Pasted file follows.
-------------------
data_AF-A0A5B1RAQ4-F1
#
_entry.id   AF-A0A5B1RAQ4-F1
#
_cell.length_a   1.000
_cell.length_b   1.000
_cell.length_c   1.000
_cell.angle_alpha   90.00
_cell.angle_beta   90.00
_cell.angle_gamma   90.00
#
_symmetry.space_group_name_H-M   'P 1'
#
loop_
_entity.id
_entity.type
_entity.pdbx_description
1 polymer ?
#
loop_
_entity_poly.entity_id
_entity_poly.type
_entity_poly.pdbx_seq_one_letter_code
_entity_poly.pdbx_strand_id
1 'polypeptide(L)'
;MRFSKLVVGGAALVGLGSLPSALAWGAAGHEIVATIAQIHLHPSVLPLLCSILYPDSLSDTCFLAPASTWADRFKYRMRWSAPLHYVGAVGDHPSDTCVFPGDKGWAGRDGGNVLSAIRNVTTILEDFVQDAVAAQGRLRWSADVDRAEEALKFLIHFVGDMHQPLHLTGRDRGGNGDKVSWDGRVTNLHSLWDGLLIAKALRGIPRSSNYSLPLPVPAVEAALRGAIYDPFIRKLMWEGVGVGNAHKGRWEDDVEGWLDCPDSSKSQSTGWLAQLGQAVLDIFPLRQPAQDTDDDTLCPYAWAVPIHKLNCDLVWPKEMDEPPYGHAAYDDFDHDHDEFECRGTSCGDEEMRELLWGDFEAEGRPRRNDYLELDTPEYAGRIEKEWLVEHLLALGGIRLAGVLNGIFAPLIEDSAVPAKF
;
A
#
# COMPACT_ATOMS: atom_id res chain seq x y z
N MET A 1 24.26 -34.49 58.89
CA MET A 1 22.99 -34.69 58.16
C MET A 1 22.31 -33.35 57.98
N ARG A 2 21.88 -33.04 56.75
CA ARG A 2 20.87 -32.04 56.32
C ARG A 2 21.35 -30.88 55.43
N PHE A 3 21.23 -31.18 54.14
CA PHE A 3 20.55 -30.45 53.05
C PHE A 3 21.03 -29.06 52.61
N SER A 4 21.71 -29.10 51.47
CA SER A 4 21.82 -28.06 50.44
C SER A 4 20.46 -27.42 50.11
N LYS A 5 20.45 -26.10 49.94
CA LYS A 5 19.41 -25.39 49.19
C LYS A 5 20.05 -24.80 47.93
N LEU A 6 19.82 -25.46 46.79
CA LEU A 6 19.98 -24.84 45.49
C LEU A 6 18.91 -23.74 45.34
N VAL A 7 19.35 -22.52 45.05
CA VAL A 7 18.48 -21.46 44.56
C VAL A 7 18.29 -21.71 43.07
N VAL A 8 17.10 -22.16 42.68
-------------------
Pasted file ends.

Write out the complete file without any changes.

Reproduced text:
data_AF-A0A5B1RAQ4-F1
#
_entry.id   AF-A0A5B1RAQ4-F1
#
_cell.length_a   1.000
_cell.length_b   1.000
_cell.length_c   1.000
_cell.angle_alpha   90.00
_cell.angle_beta   90.00
_cell.angle_gamma   90.00
#
_symmetry.space_group_name_H-M   'P 1'
#
loop_
_entity.id
_entity.type
_entity.pdbx_description
1 polymer ?
#
loop_
_entity_poly.entity_id
_entity_poly.type
_entity_poly.pdbx_seq_one_letter_code
_entity_poly.pdbx_strand_id
1 'polypeptide(L)'
;MRFSKLVVGGAALVGLGSLPSALAWGAAGHEIVATIAQIHLHPSVLPLLCSILYPDSLSDTCFLAPASTWADRFKYRMRWSAPLHYVGAVGDHPSDTCVFPGDKGWAGRDGGNVLSAIRNVTTILEDFVQDAVAAQGRLRWSADVDRAEEALKFLIHFVGDMHQPLHLTGRDRGGNGDKVSWDGRVTNLHSLWDGLLIAKALRGIPRSSNYSLPLPVPAVEAALRGAIYDPFIRKLMWEGVGVGNAHKGRWEDDVEGWLDCPDSSKSQSTGWLAQLGQAVLDIFPLRQPAQDTDDDTLCPYAWAVPIHKLNCDLVWPKEMDEPPYGHAAYDDFDHDHDEFECRGTSCGDEEMRELLWGDFEAEGRPRRNDYLELDTPEYAGRIEKEWLVEHLLALGGIRLAGVLNGIFAPLIEDSAVPAKF
;
A
#
# COMPACT_ATOMS: atom_id res chain seq x y z
N MET A 1 24.26 -34.49 58.89
CA MET A 1 22.99 -34.69 58.16
C MET A 1 22.31 -33.35 57.98
N ARG A 2 21.88 -33.04 56.75
CA ARG A 2 20.87 -32.04 56.32
C ARG A 2 21.35 -30.88 55.43
N PHE A 3 21.23 -31.18 54.14
CA PHE A 3 20.55 -30.45 53.05
C PHE A 3 21.03 -29.06 52.61
N SER A 4 21.71 -29.10 51.47
CA SER A 4 21.82 -28.06 50.44
C SER A 4 20.46 -27.42 50.11
N LYS A 5 20.45 -26.10 49.94
CA LYS A 5 19.41 -25.39 49.19
C LYS A 5 20.05 -24.80 47.93
N LEU A 6 19.82 -25.46 46.79
CA LEU A 6 19.98 -24.84 45.49
C LEU A 6 18.91 -23.74 45.34
N VAL A 7 19.35 -22.52 45.05
CA VAL A 7 18.48 -21.46 44.56
C VAL A 7 18.29 -21.71 43.07
N VAL A 8 17.10 -22.16 42.68